A line, a movement, an impression: is mark-making only the privilege of people with palette and paint? The snail's trail (of course) is silvery. But what of the wingbeats of bats, invisible, but mischievous, and as color-latent as any brushstroke?
To be perfectly clear, I might have said “no, not that kind of domestic incident”, assuming that the subtext was peaceful. Maybe if I had called it “household occurrences” our collective violence would still be in dreamland.
As it is, the cops are the only people actually using the term. So I have to go on wondering: in what kinds of inequalities am I actually complicit?
Does countertop grime delineate an arrangement of power?
Might housework really be a kind of penance for certain male domestics?
When insects dehydrate and die in lampshades, do we pity their lust for light?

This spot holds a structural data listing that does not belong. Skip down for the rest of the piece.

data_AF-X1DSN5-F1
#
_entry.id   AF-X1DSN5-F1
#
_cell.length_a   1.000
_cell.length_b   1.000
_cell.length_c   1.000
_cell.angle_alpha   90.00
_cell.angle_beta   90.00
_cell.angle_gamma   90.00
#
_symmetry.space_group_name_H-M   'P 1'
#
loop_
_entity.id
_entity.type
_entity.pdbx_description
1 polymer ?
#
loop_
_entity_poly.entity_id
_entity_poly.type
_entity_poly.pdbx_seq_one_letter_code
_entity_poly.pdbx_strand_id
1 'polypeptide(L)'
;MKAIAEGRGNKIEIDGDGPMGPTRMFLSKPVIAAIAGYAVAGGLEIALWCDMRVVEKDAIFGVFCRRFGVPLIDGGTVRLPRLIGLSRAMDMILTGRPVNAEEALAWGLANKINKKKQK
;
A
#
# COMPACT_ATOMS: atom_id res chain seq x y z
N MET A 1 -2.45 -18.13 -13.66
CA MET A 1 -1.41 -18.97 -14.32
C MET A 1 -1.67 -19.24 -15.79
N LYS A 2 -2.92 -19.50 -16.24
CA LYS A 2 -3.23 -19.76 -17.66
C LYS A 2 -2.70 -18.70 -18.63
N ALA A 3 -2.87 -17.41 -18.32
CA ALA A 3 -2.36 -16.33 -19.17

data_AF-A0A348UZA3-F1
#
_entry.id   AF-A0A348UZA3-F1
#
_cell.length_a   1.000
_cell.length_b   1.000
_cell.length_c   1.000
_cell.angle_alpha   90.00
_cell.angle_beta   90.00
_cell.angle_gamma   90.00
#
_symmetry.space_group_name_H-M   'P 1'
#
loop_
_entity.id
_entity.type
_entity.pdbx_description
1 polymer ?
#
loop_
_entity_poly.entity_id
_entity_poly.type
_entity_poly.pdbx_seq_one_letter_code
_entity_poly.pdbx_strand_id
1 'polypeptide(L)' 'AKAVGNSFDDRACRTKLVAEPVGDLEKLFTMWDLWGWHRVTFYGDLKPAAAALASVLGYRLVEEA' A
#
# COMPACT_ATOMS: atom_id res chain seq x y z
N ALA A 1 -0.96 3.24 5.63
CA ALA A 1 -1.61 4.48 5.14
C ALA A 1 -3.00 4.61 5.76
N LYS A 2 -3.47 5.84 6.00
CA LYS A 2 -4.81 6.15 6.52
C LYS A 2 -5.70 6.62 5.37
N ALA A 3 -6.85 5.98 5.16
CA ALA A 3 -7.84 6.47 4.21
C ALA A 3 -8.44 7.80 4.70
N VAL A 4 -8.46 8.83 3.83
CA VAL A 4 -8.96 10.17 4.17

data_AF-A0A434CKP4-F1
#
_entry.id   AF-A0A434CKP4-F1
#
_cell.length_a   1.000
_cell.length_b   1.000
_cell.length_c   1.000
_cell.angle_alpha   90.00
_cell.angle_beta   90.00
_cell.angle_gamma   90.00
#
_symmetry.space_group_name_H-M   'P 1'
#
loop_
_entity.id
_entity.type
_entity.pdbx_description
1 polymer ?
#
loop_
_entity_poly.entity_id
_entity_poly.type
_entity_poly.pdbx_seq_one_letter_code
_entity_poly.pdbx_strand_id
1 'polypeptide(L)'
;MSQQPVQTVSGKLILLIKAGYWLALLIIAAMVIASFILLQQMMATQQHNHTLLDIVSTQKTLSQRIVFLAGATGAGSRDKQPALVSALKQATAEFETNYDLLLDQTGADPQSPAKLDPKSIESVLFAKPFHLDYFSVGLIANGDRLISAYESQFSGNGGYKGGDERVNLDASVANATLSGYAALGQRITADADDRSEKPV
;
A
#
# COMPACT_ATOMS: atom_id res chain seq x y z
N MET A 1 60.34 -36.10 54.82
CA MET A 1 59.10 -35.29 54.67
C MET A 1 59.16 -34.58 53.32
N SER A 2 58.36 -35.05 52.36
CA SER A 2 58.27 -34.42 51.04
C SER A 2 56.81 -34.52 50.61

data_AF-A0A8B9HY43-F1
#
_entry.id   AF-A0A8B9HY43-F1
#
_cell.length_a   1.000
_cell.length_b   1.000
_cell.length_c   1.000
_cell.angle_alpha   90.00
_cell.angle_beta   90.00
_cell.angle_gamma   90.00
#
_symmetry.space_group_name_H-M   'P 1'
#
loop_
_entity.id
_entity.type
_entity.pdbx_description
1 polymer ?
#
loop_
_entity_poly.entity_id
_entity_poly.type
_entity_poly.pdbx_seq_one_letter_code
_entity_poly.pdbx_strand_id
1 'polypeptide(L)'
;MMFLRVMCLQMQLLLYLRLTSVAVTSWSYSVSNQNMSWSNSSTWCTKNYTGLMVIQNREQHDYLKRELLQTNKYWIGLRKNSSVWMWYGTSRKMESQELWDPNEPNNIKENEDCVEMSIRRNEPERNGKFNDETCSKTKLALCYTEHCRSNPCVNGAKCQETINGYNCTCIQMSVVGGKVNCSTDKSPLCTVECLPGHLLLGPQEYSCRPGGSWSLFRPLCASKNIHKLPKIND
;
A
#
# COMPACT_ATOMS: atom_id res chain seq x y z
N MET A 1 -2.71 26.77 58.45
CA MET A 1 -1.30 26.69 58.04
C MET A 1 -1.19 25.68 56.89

Is the swirling decor on this coffeepot nothing but a caffeinated stain?
If we reduce it all to nothing buttery, then what about last night’s spaghetti? Wasn't it buttery enough, gracing the communal pasta pot with VanGogh-ian swirls? And ...
Isn’t that just it? Once you've seen a shattered light bulb align its inner silica to the tune of a glacier...
Once you've seen impossible things, you kind of come to expect them.
Like there’s nothing remotely desperate about a putty knife permanently wedged in a dried-out mass of plaster.
I don't know why I’m compelled to remain in touch with the mold on my shower curtain, or the worn out soul of a slipper.
Maybe I'm just a moldy soul.
But to me the effort, the scraping, painstaking tedium, the cracks under the towel rack ... are a gift.
As they reminisce of ritual bliss and daily bathroom baptisms I perceive them nodding dryly...
at a hinted incarnation, and a deep undercurrent of commitment: to come clean.